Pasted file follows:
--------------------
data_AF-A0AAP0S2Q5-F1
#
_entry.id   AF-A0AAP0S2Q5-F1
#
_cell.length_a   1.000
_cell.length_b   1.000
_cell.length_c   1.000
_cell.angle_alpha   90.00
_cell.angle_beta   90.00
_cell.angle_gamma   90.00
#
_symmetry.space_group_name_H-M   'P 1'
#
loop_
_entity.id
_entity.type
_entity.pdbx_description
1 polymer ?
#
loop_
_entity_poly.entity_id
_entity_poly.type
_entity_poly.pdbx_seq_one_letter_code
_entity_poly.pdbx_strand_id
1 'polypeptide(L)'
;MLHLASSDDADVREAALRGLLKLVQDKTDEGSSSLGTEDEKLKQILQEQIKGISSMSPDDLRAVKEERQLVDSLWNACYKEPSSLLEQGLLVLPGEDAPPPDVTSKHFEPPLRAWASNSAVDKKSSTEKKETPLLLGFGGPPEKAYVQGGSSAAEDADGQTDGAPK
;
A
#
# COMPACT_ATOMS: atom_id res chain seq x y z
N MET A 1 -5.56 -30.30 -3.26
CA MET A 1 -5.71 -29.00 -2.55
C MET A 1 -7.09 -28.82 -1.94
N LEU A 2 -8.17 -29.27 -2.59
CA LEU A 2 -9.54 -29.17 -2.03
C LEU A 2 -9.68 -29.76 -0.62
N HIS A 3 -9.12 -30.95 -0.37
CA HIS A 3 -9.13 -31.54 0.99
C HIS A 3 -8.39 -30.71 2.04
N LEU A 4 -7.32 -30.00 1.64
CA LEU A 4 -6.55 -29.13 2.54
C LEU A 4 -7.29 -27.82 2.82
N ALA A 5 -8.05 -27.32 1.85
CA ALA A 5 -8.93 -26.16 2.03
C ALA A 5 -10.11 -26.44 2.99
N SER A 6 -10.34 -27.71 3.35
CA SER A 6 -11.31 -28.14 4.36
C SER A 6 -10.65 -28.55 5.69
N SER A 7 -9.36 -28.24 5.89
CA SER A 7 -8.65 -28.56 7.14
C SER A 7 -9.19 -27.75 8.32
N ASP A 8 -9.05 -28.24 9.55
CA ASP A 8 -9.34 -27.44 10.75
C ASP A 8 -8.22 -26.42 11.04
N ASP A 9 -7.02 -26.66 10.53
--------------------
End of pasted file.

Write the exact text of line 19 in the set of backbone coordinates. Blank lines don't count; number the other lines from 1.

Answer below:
#